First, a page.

Care to admit it or not, we have all been ghosted and have done the ghosting at least once. It’s okay to admit it.
Personally, I think ghosting sucks! Has it stopped me from occasionally executing the act? No.
The deed has become such a regular practice among the dating community that it is no longer foreign. Eventually, what was once abnormal has become normal, hence the ghosting culture.
A ghost doesn’t engage in ghosting as frequently as an insecure dater who is perpetually on the hunt for the next best thing. While some vanish out of sheer cowardice, others do it out of sheer boredom. Dissipating into thin air is simply easier than being upfront and honest, no complications or confrontations necessary.
How to deal with being ghosted?
One of the reasons for ghosting is a lack of interest or a stale conversation. During our dating expedition, we have engaged in ghosting due to these reasons. If the dialogue has grown jaded, there is nothing you can do but move on. Continuing to try to foster a connection, knowing it will only lead to a dead-end, is a waste of time.
However, going AWOL without any valid reason is cowardly, especially if the connection had been strong from the beginning and had grown stronger by the day. There’s nothing wrong with changing your feelings and no longer wanting to pursue things further. At the very least, have the guts to be upfront and honest.
It’s the bare minimum you could do to compensate for wasting their precious time. Do it, not for yourself, but to help bring answers to the many unanswered questions. After receiving the needed closure, they would be able to turn the page and move on.
Conveying to someone that you no longer see the relationship progressing and have lost interest can be an intimidating task.
It might be scary at first, but in the long term, you’ll be glad you did. After all, being strung along, only to be left with shattered illusions and empty promises, can be emotionally devastating. That said, try to be sensitive when expressing your desire to end things. Don’t discuss it abruptly; preferably, ease into it casually. A good starting point is reflecting on the valuable lessons you’ve gained from your conversations and then explaining why you no longer envision a future for the relationship.
Initially, it might sting a bit, but in the end, they will undoubtedly appreciate the honesty, fostering a sense of gratitude.
Conversely, a coward will stop responding because honesty scares the heck out of them. Often, a ghoster believes that being honest would damage their toughness, making them appear weak. Disappearing without any trace is the easiest way to avoid any uncomfortable situation, without having to face confrontations or provide explanations. It only shows how selfish and inconsiderate they are.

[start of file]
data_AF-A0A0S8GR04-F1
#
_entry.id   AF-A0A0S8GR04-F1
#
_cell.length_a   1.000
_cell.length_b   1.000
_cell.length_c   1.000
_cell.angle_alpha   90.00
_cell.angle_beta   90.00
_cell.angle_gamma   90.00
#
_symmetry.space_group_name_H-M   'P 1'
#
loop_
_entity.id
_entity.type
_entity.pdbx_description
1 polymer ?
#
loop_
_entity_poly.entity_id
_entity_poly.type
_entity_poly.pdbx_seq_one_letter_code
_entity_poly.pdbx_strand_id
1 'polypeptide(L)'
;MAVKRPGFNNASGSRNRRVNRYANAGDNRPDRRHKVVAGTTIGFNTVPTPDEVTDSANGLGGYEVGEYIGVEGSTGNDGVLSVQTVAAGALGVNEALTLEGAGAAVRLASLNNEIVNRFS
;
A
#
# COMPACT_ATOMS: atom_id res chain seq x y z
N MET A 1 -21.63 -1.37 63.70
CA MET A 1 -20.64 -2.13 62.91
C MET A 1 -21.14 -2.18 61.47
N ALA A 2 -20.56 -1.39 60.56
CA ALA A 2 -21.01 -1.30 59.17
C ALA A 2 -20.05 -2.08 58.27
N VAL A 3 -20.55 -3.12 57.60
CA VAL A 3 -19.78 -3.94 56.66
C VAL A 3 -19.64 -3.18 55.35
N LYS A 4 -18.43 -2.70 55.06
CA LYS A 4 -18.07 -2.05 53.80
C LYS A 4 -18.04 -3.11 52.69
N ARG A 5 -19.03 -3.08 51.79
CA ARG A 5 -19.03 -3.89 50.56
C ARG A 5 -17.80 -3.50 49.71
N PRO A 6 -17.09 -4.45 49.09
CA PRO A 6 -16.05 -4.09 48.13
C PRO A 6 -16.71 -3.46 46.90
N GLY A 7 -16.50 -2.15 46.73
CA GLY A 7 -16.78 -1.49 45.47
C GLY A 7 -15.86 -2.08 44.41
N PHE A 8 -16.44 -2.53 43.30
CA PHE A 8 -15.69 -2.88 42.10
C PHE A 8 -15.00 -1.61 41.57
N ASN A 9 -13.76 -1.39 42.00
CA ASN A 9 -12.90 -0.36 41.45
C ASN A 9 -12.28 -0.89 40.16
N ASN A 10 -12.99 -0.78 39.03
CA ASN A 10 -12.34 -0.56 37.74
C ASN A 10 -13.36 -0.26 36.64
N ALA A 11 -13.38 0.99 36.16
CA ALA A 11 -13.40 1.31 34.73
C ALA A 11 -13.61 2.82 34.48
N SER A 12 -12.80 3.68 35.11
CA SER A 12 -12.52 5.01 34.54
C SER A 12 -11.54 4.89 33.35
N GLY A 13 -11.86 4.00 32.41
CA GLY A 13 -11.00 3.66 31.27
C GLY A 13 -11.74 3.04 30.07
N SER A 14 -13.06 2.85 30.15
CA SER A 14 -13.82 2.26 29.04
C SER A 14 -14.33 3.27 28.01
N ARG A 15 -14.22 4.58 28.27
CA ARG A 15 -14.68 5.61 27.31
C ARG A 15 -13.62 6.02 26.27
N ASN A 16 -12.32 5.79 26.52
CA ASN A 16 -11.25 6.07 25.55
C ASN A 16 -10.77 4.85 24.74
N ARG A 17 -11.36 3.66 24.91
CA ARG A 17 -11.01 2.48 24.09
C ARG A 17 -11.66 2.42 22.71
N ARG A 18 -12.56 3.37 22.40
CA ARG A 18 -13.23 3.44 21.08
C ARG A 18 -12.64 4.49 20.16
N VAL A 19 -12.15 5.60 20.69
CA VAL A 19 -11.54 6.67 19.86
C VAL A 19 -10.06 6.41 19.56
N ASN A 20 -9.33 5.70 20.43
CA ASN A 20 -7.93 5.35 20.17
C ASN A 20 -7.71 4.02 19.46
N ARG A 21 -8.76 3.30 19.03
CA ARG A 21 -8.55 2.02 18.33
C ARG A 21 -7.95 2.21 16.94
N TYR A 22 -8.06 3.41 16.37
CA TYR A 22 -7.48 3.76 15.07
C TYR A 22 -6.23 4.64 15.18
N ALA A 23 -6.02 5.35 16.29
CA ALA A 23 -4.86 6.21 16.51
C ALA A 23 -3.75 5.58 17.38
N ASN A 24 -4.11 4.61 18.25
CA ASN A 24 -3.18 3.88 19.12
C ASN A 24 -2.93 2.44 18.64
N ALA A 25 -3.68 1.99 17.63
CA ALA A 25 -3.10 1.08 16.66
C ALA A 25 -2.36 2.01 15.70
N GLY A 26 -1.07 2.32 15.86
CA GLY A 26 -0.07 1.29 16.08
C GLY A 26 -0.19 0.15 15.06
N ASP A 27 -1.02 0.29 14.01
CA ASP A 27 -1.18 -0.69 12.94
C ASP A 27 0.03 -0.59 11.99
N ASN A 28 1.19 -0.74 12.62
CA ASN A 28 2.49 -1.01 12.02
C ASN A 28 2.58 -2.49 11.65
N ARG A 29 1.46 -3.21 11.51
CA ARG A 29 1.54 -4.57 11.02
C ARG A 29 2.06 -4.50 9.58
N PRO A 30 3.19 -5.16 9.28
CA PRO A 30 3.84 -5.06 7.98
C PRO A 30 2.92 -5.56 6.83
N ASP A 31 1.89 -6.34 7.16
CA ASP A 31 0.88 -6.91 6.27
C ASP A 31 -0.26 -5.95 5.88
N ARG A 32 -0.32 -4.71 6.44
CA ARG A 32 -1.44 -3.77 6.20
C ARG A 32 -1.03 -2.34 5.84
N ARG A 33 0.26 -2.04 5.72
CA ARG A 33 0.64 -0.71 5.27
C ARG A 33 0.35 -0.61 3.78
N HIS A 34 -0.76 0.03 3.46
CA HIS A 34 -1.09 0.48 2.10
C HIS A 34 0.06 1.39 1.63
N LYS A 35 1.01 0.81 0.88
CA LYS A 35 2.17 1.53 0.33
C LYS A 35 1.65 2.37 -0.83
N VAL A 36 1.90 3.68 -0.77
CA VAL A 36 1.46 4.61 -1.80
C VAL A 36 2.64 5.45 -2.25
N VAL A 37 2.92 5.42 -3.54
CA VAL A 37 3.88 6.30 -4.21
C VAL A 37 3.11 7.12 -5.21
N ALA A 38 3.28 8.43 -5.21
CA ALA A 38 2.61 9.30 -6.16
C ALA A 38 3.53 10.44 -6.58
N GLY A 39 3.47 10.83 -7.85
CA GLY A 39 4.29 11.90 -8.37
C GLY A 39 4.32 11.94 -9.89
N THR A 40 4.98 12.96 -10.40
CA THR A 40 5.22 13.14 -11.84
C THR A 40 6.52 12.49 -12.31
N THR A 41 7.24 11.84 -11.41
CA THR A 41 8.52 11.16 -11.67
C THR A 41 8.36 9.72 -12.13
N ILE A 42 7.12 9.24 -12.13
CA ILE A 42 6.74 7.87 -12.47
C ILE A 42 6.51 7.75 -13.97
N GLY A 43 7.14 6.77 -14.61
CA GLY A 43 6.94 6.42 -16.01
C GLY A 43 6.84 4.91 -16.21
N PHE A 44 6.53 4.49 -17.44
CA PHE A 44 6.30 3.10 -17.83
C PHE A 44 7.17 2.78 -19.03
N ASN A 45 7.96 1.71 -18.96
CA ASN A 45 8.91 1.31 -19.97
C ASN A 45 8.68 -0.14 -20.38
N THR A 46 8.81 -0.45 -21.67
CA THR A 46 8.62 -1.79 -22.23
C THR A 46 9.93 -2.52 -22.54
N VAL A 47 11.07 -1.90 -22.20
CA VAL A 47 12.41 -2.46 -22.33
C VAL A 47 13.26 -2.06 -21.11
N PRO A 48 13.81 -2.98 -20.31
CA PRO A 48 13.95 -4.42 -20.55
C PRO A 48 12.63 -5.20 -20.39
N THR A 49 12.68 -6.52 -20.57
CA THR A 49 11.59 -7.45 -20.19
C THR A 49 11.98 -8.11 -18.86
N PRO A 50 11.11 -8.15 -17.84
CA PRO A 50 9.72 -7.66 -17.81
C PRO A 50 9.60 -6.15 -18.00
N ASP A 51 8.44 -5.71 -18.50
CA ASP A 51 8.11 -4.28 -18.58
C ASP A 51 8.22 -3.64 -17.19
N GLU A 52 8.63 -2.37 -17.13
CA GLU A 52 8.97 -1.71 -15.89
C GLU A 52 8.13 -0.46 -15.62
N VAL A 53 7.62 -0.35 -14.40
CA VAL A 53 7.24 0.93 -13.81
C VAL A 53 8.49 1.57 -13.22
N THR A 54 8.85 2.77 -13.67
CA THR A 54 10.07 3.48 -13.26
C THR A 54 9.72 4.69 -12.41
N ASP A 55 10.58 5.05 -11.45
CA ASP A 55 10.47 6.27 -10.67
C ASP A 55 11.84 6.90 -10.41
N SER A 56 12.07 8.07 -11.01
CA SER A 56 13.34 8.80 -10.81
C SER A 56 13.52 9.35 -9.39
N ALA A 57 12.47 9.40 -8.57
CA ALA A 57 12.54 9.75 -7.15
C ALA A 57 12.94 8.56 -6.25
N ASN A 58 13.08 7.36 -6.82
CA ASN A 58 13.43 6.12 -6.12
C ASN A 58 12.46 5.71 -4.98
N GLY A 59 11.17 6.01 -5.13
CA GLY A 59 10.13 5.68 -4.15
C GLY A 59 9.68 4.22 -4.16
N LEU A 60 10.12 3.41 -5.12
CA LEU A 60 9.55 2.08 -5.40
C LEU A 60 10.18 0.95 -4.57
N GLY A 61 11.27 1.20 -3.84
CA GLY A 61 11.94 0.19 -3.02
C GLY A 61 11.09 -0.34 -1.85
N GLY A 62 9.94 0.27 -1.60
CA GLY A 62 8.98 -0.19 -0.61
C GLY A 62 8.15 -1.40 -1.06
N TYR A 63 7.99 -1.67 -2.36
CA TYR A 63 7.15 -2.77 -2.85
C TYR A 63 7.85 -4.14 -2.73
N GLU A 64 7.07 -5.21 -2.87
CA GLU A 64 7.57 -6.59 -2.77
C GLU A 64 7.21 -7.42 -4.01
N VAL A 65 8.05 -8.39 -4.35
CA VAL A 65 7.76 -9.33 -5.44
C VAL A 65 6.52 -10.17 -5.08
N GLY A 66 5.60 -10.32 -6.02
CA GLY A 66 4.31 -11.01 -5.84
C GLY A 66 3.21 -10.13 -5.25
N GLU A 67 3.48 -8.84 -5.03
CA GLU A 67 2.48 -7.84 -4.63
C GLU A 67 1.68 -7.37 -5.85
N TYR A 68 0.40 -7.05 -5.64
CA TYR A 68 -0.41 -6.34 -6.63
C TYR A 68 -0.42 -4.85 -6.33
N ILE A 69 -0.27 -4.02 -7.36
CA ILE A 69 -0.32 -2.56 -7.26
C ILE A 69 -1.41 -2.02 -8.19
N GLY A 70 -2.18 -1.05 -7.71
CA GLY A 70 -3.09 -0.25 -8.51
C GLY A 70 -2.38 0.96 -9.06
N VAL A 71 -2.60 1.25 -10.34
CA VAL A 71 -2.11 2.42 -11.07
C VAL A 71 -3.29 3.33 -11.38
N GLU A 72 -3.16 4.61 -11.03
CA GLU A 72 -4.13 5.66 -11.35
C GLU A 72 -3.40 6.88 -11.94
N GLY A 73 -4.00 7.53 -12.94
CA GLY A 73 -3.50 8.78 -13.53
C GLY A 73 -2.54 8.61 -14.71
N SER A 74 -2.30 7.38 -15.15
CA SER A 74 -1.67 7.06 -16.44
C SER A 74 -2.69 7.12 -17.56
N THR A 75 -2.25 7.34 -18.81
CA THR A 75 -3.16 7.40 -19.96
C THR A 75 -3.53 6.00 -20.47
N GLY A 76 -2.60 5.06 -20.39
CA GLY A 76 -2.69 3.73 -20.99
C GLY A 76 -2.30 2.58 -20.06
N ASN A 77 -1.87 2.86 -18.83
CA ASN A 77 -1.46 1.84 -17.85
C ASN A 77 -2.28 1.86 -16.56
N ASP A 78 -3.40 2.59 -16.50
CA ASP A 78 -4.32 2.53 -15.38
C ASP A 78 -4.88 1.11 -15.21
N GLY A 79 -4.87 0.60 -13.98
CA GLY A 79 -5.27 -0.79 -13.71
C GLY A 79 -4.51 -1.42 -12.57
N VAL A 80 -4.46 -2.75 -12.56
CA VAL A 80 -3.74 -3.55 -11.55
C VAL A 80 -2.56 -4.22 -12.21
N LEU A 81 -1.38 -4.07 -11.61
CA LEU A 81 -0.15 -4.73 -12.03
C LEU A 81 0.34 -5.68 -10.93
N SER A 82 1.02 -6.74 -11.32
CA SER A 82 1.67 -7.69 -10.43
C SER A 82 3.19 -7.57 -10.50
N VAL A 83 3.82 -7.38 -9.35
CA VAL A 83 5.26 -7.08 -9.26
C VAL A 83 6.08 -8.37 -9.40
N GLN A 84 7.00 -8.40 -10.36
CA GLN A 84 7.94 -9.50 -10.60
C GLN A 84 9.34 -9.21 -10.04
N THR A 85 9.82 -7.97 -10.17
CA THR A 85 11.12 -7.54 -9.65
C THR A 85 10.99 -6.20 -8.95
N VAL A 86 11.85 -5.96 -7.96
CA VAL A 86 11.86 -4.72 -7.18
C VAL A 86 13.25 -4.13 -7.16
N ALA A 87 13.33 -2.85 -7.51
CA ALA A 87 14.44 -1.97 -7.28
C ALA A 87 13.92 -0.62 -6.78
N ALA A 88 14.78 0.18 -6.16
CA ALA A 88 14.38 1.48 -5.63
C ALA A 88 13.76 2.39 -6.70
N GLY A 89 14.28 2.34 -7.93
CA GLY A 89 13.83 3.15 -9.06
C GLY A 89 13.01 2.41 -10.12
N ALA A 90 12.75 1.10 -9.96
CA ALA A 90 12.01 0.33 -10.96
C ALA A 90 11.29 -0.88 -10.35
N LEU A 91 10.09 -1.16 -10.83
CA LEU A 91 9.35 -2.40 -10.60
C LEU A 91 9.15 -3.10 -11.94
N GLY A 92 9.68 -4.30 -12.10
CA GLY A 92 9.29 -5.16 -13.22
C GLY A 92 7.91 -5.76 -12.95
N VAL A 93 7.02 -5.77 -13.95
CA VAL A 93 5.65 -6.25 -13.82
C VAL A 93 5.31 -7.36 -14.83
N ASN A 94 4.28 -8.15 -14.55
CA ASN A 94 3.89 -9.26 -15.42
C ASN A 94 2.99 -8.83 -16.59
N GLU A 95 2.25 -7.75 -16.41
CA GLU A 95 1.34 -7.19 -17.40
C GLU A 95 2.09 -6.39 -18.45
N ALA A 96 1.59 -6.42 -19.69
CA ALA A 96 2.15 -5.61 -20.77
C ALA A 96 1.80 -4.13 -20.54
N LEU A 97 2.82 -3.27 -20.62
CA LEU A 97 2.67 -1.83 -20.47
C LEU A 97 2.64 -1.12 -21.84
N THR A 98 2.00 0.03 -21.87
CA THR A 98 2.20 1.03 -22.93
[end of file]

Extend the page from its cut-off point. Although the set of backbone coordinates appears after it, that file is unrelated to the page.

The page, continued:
The article titled “Psychological Correlates of Ghosting and Breadcrumbing Experiences: A Preliminary Study among Adults” by Raúl Navarro discusses how previous studies have conceptualized ghosting as a tactic employed to end undesirable relationships without explicitly terminating them ( Navarro).
These individuals demonstrate a lack of remorse for playing with the emotional state of others, not caring about the pain they have caused.
When that occurs, the only thing left to do is to let time pass and come to terms with the fact that you had nothing to do with their selfish actions, which is a reflection of their own insecurities. Unfortunately, sending a text demanding an answer will not null the pain they have inflicted. How can they explain anything if they don’t dare to have a truthful conversation with you?
It’s best to let it go and accept what it is. Always move on with dignity!
Get it ingrained in your mind that ghosting happens to everyone, not just you. The key here is not to get too invested in the talking stage and let things flow freely. Don’t ever believe that by changing yourself, you will prevent them from disappearing because that is far from the truth.
Anyone who wants to stay will stay, and anyone who wants to leave will leave, regardless. Remember that!
Navarro, R., Larrañaga, E., Yubero, S., & Víllora, B. (2020). Psychological Correlates of Ghosting and Breadcrumbing Experiences: A Preliminary Study among Adults. International journal of environmental research and public health, 17(3), 1116. https://doi.org/10.3390/ijerph17031116